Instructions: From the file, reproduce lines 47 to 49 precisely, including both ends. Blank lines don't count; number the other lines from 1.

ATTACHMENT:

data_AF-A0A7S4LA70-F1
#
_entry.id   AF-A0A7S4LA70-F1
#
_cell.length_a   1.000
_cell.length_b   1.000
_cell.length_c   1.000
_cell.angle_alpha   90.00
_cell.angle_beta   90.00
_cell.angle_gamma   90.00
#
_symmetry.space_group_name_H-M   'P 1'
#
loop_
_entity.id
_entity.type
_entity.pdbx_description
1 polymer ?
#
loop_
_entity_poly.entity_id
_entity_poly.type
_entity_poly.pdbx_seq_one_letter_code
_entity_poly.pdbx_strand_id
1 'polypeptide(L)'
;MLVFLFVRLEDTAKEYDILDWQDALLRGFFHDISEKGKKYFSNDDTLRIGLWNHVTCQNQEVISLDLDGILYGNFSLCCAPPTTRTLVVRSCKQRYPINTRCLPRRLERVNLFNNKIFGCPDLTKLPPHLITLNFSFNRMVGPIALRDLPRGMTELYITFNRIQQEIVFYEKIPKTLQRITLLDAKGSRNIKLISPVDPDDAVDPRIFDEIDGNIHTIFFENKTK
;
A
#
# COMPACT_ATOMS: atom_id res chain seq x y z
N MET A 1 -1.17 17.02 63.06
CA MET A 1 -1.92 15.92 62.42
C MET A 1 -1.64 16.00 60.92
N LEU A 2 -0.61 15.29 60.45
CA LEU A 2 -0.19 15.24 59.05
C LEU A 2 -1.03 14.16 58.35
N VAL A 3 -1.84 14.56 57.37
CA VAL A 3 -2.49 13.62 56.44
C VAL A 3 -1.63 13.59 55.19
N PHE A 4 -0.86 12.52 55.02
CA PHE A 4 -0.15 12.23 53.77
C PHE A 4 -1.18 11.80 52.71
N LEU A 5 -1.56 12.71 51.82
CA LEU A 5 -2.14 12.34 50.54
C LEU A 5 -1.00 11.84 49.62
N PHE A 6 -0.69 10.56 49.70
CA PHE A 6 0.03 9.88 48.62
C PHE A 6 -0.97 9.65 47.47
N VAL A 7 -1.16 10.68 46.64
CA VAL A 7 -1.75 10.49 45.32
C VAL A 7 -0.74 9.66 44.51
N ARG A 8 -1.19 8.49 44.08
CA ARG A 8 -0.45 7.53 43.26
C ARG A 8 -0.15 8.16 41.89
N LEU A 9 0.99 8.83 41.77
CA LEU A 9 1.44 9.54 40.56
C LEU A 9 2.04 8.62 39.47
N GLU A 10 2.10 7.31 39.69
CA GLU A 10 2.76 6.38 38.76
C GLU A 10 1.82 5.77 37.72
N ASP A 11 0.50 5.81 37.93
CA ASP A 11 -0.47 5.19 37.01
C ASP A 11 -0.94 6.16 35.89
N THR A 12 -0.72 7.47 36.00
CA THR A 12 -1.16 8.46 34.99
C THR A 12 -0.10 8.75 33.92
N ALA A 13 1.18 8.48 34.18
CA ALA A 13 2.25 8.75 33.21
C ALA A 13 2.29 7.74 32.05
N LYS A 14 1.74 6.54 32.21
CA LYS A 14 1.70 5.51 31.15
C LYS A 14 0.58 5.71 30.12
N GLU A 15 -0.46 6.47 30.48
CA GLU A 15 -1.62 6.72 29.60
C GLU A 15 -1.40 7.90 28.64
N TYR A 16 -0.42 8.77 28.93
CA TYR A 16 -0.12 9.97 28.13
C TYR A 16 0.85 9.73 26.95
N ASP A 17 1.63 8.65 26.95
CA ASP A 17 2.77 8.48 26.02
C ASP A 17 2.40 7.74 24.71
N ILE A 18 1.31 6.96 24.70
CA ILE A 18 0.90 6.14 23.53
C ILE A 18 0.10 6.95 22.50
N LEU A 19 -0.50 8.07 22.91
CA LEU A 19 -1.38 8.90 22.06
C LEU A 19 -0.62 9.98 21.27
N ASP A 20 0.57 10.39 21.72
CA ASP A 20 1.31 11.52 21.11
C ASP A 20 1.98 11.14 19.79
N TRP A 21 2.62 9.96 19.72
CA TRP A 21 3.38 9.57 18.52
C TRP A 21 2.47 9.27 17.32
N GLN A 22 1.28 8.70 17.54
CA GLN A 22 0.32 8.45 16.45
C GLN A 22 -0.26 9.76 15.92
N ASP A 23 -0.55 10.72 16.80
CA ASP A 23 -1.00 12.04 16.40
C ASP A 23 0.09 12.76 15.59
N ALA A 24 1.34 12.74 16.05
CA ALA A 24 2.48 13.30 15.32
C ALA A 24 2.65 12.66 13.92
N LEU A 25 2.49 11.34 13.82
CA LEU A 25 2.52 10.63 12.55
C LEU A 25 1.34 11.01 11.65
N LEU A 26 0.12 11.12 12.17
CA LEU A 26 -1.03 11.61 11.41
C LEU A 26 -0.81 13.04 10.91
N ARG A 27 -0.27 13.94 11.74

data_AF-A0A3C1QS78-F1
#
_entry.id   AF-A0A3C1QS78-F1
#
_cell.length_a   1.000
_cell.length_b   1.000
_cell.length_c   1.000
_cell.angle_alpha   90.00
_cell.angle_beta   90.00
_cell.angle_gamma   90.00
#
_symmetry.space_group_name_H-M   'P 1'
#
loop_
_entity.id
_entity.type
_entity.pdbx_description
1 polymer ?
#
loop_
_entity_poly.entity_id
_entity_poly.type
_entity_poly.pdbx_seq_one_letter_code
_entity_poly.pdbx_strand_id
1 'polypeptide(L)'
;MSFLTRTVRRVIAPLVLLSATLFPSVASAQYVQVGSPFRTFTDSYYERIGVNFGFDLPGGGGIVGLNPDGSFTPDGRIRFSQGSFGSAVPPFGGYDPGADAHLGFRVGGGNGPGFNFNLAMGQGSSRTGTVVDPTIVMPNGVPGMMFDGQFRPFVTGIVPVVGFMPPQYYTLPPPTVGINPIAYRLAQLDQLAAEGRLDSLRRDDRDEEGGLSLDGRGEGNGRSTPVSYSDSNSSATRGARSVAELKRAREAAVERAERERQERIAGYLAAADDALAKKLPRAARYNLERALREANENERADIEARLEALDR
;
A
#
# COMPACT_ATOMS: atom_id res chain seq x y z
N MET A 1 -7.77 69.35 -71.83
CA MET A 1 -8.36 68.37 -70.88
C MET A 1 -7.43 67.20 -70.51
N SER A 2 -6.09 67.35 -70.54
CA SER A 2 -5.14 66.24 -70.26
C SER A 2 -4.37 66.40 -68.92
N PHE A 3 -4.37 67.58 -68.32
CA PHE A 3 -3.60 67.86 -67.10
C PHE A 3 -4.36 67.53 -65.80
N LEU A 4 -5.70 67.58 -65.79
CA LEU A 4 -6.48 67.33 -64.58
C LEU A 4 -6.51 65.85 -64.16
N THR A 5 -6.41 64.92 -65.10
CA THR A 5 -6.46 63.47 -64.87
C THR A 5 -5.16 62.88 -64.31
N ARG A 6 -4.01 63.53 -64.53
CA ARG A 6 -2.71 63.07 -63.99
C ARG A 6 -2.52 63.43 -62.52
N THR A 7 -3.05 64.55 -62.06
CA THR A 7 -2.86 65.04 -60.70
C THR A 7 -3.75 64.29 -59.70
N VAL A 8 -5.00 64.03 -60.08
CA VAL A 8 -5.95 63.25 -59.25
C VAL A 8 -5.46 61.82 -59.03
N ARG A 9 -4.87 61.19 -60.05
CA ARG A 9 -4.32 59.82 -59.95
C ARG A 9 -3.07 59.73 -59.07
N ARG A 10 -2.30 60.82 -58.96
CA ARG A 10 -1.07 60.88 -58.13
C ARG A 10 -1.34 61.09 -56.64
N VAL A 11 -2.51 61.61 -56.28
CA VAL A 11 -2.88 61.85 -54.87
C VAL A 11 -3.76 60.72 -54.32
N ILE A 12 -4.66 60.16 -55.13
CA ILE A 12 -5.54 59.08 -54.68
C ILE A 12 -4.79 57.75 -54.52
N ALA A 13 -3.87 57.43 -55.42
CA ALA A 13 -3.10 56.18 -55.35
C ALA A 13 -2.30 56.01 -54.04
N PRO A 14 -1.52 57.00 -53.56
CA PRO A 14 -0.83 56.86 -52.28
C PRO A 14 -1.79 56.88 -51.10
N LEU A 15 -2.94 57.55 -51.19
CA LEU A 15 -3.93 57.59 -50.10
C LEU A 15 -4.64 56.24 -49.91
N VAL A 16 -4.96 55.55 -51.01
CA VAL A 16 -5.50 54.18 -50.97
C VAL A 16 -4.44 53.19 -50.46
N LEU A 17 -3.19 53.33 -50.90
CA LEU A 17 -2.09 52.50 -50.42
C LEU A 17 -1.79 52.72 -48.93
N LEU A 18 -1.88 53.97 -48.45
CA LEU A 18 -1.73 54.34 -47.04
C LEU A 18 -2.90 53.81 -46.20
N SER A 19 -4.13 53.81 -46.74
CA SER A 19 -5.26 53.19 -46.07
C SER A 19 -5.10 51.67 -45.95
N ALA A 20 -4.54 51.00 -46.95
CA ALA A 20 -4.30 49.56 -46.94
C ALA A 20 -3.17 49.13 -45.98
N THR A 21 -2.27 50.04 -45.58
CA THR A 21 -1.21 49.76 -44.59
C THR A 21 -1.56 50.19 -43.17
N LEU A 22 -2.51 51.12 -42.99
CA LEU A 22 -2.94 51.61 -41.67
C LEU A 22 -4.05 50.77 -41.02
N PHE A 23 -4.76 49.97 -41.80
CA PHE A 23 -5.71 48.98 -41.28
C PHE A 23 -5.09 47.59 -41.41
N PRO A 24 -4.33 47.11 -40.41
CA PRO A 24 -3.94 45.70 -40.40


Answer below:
CA PHE A 6 0.03 9.88 48.62
C PHE A 6 -0.97 9.65 47.47
N VAL A 7 -1.16 10.68 46.64